Apple TV's new user interface: Hands-on
Not everyone realizes that the Apple TV actually runs on the same iOS software that powers the iPad and iPhone, but this latest update make it a lot more obvious. Gone is the "list"-type menus from the old interface, replaced with a grid of icons that makes your TV look a little like a giant iPad. It's a much more colorful look, but the giant grid of icons looks a little less organized to our eyes. At the very top of the main screen is cover art of "top content" that changes depending on what media type is selected (movies, TV shows, music).
If you jump into the iTunes Store for either movies or TV shows, the interface has also been somewhat updated. Along the top is a carousel of popular content, followed by the traditional grid of cover art underneath. Once you select a movie, the summary page looks identical, although that's not a bad thing since it's the best presentation we've seen on a streaming video box. While you've been able to re-stream purchased TV shows for quite some time, the same functionality has also been added for movies, with a new "Purchased" menu options running along the top.
The other new feature in the top menu bar is "Genius", which is Apple's recommendations engine for content. It's easy to to see this as a ho-hum feature, especially since recommendations are such an integral part of Netflix already, but it's a needed addition to the content browsing experience. I'd have to use it quite a bit more to see if the suggestions are consistently worthwhile, but the initial picks for TV shows (based on the fact that I bought an episode of "Louie") seem on the mark: "Party Down", "Parks and Recreation", "The Increasingly Poor Decisions of Todd Margaret", "Wilfred", "Bored to Death" and "Running Wilde".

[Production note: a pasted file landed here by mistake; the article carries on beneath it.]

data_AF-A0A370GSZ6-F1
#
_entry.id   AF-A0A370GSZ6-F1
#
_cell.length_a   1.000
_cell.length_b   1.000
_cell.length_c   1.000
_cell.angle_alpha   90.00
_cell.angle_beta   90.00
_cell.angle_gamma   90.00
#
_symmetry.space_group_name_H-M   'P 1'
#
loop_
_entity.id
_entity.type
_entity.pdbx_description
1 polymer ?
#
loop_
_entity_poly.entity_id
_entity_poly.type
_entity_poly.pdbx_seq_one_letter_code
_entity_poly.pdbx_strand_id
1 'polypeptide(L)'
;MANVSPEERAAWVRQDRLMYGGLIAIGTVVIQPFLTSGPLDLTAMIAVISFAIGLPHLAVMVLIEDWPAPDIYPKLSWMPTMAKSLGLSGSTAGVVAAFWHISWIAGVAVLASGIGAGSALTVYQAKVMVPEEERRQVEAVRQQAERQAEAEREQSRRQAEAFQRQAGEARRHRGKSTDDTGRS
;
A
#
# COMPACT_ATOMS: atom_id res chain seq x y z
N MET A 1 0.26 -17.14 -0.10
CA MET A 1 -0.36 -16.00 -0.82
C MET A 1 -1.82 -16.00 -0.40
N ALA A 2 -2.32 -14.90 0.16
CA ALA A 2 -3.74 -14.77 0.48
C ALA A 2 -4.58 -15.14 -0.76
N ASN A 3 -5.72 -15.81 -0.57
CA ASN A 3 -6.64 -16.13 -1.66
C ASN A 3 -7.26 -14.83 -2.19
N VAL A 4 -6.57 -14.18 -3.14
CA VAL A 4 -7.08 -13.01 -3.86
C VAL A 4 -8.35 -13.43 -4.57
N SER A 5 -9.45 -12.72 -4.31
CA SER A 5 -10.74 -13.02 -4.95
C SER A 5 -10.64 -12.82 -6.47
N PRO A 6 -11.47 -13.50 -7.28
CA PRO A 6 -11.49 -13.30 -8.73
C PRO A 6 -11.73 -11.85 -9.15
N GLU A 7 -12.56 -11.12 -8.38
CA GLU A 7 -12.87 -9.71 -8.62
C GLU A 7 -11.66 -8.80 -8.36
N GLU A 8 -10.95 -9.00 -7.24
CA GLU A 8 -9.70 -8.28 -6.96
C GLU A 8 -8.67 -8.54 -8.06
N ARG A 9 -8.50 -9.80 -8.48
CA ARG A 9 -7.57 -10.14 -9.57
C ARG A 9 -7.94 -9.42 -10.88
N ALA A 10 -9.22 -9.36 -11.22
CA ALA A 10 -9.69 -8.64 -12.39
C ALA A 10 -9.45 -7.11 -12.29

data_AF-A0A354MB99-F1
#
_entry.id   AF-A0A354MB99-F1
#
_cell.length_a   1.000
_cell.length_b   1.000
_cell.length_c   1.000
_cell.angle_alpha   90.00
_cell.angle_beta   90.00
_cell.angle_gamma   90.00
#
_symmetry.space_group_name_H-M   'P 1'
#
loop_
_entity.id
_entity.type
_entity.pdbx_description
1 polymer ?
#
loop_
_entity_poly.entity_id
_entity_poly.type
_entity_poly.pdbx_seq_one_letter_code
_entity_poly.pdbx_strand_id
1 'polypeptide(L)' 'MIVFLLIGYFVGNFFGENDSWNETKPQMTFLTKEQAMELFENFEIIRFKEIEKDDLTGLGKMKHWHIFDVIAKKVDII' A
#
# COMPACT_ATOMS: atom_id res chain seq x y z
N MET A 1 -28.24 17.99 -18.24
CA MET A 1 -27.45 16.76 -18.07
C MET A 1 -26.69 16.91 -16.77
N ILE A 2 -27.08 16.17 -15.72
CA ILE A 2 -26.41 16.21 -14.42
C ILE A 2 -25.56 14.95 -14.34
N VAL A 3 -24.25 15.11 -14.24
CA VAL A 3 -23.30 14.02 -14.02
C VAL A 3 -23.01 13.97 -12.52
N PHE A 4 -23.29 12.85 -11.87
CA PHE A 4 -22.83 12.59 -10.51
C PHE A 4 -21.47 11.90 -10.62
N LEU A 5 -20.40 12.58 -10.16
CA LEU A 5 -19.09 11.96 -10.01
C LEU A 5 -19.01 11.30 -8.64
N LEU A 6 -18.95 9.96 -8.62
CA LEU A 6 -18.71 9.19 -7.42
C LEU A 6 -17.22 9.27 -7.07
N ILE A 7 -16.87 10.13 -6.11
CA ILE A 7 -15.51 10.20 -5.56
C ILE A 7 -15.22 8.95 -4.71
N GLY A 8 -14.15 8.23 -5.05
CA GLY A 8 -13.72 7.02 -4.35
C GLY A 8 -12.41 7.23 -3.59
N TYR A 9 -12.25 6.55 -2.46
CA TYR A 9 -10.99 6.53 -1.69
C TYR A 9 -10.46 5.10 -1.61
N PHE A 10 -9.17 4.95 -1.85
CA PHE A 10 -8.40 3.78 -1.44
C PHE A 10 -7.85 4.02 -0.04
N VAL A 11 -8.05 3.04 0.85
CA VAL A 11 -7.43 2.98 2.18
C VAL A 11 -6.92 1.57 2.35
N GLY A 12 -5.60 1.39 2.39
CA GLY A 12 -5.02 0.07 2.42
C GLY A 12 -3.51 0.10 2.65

Beyond the main user interface, the update is only skin deep. Services like Netflix and MLB.TV have the same user interface as before, which is a bit of a disappointment, especially for Netflix, since I prefer the more visual interface available on other devices like the Roku LT, Sony PS3 and countless Blu-ray players. The iTunes Match interface is also the same and it's a little surprising that you still can't purchase music from the iTunes Store on an Apple TV.
I've only spent about an hour or so with the new user interface, but there doesn't seem to be much more beyond that. I'll be doing a full review with the new hardware when it become available next Friday, but right now it seems like the major advantage to the new hardware will be the 1080p interface and 1080p content (both Netflix and iTunes Store). (Perhaps higher resolution AirPlay mirroring will be available too, but I haven't seen confirmation of that yet.) If you have a 2nd-gen Apple TV already, that's not much of an incentive to upgrade.